Steven Pinker . . . a quote I read on a Chipotle bag, of all places . . . said, "We will never have a perfect world, but it is not romantic or naive to work toward a better one." I am in Tunis this week for the 50th anniversary conference of the International Federation for Parenting Education (FIEP/IFPE).
My seatmate on the flight from Boston to Paris was an Algerian man. When I asked if he was a dad, he said - with a big smile - "Yes, I am the father of two little girls." Conveniently, I had the Parents Forum "Tools of the Trade" in Arabic, to give him. It was the least I could do, as I had upended a dish of lentils from my dinner tray all over his trousers (and mine). Economy class is a sardine can, no room to move!
Raising children is such a joy and such a job! We need to do more to support parents. I look forward to the conference at the end of this week and to hearing the perspectives of parenting education colleagues from around the world. I trust that our efforts will do more than a little bit to make the world a better place for all our children.
The beginning of my horoscope today - - which ends 'Start small' - - is much more inspirational: 'Travel, connect with old friends and... consider offering a service that is in dire need in your community.'
January looks right in line with this advice. In a week's time I will fly to Tunis to visit a dear friend whom I have not seen in close to ten years, then I will take part in the 50th anniversary of the International Federation for Parenting Education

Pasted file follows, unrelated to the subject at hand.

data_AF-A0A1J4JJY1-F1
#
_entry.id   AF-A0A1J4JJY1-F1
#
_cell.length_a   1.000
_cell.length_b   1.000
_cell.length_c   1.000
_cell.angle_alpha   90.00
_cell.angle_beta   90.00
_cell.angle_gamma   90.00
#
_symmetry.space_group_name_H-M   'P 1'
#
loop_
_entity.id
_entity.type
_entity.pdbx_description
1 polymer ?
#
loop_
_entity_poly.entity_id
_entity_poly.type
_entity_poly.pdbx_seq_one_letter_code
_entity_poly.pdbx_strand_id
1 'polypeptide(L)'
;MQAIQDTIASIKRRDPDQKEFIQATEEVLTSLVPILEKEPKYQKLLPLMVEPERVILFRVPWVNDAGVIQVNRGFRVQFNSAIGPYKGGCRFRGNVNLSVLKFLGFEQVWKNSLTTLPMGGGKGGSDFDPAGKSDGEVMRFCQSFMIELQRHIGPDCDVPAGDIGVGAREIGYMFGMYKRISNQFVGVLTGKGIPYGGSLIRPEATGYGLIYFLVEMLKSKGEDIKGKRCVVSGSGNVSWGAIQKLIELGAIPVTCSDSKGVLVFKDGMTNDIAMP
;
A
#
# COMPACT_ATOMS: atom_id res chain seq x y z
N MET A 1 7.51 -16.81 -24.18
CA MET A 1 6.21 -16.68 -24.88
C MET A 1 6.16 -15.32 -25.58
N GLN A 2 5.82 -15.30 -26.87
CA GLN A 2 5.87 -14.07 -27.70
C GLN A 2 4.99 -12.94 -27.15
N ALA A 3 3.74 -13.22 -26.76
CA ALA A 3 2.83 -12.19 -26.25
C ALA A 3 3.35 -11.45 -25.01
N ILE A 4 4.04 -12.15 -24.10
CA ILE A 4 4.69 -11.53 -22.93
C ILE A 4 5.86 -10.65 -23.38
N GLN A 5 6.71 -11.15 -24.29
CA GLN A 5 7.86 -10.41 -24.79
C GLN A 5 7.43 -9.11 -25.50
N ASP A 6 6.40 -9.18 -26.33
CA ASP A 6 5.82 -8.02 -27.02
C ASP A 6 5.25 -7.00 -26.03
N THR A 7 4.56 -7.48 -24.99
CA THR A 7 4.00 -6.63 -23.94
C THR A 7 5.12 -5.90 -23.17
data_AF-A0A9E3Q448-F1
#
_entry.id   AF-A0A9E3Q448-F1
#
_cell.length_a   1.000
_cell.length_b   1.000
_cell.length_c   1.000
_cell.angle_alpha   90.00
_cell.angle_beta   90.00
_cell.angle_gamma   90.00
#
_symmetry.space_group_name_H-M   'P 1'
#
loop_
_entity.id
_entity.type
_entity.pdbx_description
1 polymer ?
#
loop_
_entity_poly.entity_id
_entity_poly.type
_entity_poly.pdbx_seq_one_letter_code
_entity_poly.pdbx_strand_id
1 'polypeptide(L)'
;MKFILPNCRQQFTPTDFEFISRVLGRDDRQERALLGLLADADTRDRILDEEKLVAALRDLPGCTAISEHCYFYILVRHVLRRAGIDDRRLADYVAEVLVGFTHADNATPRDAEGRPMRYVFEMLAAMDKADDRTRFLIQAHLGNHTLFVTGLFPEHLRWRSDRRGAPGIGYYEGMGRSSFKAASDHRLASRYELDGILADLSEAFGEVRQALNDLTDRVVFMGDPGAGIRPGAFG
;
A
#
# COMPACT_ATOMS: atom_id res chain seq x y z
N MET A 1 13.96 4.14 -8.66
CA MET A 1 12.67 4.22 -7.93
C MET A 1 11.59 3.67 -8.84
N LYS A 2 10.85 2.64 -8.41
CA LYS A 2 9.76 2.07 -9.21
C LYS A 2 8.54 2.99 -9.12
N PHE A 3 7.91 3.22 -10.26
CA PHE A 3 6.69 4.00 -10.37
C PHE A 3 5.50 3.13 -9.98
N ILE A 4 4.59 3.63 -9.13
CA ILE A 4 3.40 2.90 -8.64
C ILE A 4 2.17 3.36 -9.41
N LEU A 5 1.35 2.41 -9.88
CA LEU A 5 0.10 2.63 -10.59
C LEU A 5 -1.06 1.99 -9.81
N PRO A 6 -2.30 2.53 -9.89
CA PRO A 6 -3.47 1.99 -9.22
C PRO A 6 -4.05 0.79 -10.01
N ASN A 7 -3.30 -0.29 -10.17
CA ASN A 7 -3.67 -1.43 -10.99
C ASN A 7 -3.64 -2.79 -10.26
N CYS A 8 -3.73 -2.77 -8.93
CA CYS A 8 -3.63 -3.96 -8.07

What service could our communities be in more dire need of than parenting education? The year is off to a good start: I got the laundry done. This morning I'll spend time with two of my grandchildren and this afternoon I will visit my youngest grandnephew. Tomorrow I'll get cracking on our local parenting education initiative. Happy, happy!
We want parents to raise compassionate children . . . http://nyti.ms/1m00bbn . . . right?
The parenting education and support that social services presently offer does not seem to do enough to help enough parents accomplish this goal. I suggest we consider more peer support. Yes, that is what Parents Forum is all about. We need more modeling of what Amy Dickinson 'AskAmy' @askingamy describes as friendship's highest calling: listening without judgment and offering assistance when asked.
Wishing a Happy New Year to family and friends and to strangers as well, the friends I haven't met.